#9 Ted Clohesy
One of those players that just has a crack for four quarters and often plays an unrewarding game which features him going hard and firing off the ball from contested situations. He doesn’t have a huge influence outside the confines of the contest, but he is able to mow down opponents in fierce tackles. He has been known to play forward, but in this game it was more mopping up in the back half, then assisting teammates on-ball and trying to set up others to move the play forward.
#31 Joe Pike
Playing through the ruck, Pike was the dominant figure there, not only winning a game-high 29 hitouts, but also working hard defensively to intercept the ball. He utilised his 201cm frame to take control at the stoppages, but his best work was when he presented on the wing and held on strongly for a good contested mark. He would take a couple of good grabs inside the defensive 50 as well then allow the runners to go to work, but the bottom-ager’s aerial ability as a whole is what stood out.
#41 Osca Riccardi
The competitive small showcased his outstanding running capacity in the loss to Western, finding the ball in all thirds of the ground and being one of Geelong’s more consistent players. Riccardi kicked a great goal on the run in the second term, and then could be found mopping up in the defensive 50. He would often look to tuck the ball under his arm and run with it or go for the one-two. Though not polished, Riccardi worked his way into ball-winning positions and was able to help his teammates out with his ground coverage.
#33 Darcy Weeks
Like in previous weeks, the bottom-ager started in defence and progressed into the midfield where he played a key role using his kicking to try and thump the ball forward. It was hit and miss due to the pressure he was under, but he was able to set up a great goal to Petric with a long driving kick from half-back inside 50. Possessing a penetrating boot, Weeks is able to also win the ball at the coalface, and his defensive running is a strength. One of a number of talented players to keep an eye on in 2023.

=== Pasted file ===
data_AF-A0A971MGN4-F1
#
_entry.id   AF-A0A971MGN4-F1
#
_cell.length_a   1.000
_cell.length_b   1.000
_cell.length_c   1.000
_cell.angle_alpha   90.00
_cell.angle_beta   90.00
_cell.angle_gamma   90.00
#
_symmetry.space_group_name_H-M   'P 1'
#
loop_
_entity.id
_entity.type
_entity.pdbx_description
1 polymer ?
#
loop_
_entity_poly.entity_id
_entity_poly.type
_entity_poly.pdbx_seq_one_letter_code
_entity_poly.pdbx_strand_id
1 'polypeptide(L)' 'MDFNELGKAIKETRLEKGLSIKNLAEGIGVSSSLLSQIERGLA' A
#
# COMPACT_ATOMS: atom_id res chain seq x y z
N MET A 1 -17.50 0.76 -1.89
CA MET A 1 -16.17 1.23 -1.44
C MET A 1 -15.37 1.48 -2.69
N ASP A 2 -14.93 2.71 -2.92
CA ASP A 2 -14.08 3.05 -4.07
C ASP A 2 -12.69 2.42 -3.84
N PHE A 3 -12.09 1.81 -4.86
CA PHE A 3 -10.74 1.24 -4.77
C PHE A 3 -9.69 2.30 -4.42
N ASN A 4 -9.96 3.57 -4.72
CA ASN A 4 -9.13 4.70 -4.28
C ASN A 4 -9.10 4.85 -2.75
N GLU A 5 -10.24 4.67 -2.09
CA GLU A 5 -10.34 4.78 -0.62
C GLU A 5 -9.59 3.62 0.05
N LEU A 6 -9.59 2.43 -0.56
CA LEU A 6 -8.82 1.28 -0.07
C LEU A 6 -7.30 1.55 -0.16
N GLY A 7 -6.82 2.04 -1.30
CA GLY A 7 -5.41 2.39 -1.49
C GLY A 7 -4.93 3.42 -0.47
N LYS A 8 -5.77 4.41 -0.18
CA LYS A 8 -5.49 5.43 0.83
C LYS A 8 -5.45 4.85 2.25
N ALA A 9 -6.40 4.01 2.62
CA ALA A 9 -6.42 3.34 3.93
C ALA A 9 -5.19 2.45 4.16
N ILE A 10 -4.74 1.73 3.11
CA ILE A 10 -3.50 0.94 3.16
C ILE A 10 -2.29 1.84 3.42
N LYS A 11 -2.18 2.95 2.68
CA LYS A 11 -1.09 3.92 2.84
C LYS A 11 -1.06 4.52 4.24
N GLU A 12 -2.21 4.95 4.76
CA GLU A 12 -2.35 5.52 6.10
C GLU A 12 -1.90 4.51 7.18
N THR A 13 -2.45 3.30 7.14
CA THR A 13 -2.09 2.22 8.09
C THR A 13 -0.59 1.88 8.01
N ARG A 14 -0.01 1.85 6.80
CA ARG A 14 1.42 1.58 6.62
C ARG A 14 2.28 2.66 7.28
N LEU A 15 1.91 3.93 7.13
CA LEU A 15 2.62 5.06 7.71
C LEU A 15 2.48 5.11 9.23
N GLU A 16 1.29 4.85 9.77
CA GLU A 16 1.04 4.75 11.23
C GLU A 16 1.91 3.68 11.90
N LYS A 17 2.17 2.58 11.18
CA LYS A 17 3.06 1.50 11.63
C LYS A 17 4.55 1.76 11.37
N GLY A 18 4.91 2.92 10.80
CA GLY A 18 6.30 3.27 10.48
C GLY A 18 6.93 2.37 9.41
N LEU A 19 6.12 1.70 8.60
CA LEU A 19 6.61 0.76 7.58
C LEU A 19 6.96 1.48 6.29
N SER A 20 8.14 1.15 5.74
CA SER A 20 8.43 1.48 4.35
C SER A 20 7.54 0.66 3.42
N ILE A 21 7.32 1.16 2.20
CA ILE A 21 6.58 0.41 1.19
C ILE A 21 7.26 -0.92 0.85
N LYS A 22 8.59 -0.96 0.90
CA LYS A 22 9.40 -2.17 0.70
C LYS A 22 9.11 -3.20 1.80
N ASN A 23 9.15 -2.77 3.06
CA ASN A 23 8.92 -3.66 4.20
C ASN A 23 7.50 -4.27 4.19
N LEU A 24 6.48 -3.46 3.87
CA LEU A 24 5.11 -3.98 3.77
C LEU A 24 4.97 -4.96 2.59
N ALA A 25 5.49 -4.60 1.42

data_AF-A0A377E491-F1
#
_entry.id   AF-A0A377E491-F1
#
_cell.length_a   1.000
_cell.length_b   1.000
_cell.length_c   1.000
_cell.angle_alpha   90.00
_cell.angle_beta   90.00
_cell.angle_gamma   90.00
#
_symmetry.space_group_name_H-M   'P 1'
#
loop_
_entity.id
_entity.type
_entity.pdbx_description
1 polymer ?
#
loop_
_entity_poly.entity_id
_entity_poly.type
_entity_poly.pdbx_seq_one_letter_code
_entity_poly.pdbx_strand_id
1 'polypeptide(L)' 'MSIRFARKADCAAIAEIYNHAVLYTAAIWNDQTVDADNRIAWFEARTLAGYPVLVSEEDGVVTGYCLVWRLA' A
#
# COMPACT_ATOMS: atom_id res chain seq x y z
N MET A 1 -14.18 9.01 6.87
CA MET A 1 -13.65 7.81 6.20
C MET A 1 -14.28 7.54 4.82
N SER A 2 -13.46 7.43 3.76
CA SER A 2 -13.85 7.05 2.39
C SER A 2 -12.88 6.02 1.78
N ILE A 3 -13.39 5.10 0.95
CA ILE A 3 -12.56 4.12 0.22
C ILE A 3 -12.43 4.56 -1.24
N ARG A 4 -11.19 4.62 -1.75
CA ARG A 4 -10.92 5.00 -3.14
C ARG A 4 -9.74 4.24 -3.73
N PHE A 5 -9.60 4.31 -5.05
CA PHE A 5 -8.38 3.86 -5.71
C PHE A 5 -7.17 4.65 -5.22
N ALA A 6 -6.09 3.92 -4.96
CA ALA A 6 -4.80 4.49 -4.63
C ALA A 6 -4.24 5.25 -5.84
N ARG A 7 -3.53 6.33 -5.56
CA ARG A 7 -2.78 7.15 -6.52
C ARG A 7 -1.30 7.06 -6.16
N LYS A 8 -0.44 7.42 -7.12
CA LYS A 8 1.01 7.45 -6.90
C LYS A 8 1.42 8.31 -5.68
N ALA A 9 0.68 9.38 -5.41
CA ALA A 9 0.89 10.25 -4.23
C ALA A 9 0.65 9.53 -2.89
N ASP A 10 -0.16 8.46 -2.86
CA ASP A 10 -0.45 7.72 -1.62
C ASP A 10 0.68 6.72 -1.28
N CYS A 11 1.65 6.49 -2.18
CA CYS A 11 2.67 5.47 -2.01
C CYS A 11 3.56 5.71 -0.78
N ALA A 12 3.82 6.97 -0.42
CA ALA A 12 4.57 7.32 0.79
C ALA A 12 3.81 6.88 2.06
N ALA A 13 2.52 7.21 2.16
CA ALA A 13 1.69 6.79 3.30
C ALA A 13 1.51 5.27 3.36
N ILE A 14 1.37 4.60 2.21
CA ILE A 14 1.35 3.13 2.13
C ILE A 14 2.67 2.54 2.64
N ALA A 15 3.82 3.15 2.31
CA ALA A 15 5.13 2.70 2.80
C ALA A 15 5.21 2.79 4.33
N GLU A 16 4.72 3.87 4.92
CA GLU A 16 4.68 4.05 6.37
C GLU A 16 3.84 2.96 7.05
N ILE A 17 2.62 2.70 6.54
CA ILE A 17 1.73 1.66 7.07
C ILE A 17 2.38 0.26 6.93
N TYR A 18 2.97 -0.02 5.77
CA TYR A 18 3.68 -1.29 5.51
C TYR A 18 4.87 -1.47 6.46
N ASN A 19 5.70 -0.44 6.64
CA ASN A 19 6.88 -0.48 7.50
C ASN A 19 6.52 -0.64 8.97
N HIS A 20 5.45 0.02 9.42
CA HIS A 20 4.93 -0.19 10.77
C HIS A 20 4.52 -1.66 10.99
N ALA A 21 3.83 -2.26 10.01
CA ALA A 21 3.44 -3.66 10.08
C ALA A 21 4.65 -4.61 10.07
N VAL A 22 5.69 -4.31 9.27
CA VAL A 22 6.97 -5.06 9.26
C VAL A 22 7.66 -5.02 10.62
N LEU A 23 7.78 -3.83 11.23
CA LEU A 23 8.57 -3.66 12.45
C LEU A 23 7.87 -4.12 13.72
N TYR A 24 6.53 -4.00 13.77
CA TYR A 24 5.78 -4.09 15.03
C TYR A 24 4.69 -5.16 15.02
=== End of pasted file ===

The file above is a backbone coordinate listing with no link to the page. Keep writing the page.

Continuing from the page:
#41 Jake Smith
The bottom-age midfielder had his fair share of touches throughout the match and worked hard, showing clean hands when in position. He often fired off some quick handballs to keep it moving forward, then when he took an intercept mark late in the match, hit-up a leading Morris inside 50. Generally his best work came by hand in close, and taking in five marks and laying four tackles to go with his 20 touches. Building nicely as one of Western’s more impressive players for next year.
#45 Jovan Petric
A standout player throughout the match, Petric slotted 4.2 and should have had at least a half-dozen majors, the 196cm key position forward also pulled down five marks and had 15 touches. He was busy early, slotting two goals which came from the more uncharacteristic snap and dribble from tight angles. His third came from a more conventional set shot inside 50, with a couple of misses which could have added to his total, before slotting one from 30m out for his fourth during the third term. He worked up the ground and even rolled through the midfield later in the game as Morris became the key target inside 50 later in the match.
#53 Logan Morris
After being held in the opening half and not kicking his first goal until the 14th minute mark of the third term, the talented bottom-ager would finish with three straight goals, all of which were set shots. The first was from a mark 35 metres out, then came two more from similar circumstances, one later in the third term and another in the fourth quarter with 90 seconds on the close, slotting it from 25 out. Though on paper 3.0 looks accurate, Morris also sprayed multiple shots out on the full when he tried to snap around his body. He had about six chances from eight kicks and seven marks to be a solid contributor.
By: Declan Reeve
Playing almost exclusively up forward given Sandringham’s midfield depth, Clarke was convincingly the most dangerous forward 50 option across both sides for the game. Clarke’s speed was ultimately his biggest weapon on the way to four goals, burning opponents in foot races to chase up loose balls or get separation on the lead. Clarke showed plenty of courage through the contest, hitting front and centers with speed despite oncoming pressure.
Ashcroft continued his stellar year with another leading disposal effort in the must win match. Ashcroft was once again a focal point for his side around stoppages, with the ruck often looking to put the ball in his path and some of his teammates laying blocks for him to run out with ball in hand. Ashcroft was his usual classy self, cool under pressure with his hands and damaging by foot when out in space. He was often looking to get teammates involved in the game with his disposal, generally running past for a returning handball to keep the Dragons moving forward quickly.